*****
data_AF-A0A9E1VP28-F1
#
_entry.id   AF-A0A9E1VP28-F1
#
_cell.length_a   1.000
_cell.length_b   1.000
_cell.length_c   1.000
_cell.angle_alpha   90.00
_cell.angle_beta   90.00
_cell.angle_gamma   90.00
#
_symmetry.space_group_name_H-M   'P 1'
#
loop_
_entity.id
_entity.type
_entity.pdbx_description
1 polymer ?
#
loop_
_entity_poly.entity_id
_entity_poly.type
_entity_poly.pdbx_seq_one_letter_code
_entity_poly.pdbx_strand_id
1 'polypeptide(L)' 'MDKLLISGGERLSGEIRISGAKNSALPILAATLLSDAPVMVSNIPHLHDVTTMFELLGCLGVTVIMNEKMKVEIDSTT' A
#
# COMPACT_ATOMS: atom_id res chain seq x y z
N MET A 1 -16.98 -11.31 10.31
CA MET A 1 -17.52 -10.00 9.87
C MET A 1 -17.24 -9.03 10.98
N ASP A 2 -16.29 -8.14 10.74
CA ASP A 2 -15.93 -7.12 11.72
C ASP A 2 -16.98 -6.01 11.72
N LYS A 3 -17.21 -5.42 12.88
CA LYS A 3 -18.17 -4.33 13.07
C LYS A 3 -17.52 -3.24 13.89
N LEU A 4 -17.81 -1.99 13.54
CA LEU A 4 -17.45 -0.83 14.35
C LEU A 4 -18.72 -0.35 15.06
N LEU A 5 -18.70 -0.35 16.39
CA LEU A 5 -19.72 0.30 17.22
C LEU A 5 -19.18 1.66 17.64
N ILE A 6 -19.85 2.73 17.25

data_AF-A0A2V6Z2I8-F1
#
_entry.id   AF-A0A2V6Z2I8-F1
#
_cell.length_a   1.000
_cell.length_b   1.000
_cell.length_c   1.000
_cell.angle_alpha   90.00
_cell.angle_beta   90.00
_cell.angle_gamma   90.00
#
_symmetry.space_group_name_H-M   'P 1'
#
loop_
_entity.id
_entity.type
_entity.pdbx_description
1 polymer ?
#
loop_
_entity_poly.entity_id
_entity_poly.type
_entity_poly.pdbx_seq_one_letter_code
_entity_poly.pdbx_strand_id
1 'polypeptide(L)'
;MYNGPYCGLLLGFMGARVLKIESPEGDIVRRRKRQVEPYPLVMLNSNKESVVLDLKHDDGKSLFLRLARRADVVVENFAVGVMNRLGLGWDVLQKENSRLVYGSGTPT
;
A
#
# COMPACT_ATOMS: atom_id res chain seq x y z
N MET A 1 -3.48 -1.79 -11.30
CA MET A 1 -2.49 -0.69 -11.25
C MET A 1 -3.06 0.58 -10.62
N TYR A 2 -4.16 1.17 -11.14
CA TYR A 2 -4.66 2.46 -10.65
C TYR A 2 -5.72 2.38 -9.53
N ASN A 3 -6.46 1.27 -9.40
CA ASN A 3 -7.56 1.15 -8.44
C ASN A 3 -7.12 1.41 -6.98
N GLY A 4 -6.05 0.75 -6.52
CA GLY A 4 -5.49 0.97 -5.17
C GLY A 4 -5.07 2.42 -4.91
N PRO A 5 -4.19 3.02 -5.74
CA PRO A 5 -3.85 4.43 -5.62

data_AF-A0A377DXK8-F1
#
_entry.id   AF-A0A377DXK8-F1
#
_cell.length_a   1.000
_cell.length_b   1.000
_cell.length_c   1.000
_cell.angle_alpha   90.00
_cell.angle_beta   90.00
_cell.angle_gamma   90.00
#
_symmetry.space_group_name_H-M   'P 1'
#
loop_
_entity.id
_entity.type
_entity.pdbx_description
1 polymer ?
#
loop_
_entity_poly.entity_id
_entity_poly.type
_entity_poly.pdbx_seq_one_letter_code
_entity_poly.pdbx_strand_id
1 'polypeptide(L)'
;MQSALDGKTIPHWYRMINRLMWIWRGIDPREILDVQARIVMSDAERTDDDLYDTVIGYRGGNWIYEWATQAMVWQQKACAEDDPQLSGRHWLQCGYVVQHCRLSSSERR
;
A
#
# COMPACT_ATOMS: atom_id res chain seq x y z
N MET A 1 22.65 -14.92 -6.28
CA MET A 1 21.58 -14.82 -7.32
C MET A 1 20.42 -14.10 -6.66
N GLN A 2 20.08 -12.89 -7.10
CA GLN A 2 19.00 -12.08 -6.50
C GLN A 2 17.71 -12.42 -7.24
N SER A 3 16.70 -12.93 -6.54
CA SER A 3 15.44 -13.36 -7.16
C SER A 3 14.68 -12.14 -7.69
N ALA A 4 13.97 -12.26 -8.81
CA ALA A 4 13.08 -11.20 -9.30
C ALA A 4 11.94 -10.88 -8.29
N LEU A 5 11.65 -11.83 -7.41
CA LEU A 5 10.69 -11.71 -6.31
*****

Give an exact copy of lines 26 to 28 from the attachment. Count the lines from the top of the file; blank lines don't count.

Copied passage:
#
# COMPACT_ATOMS: atom_id res chain seq x y z
N MET A 1 -16.98 -11.31 10.31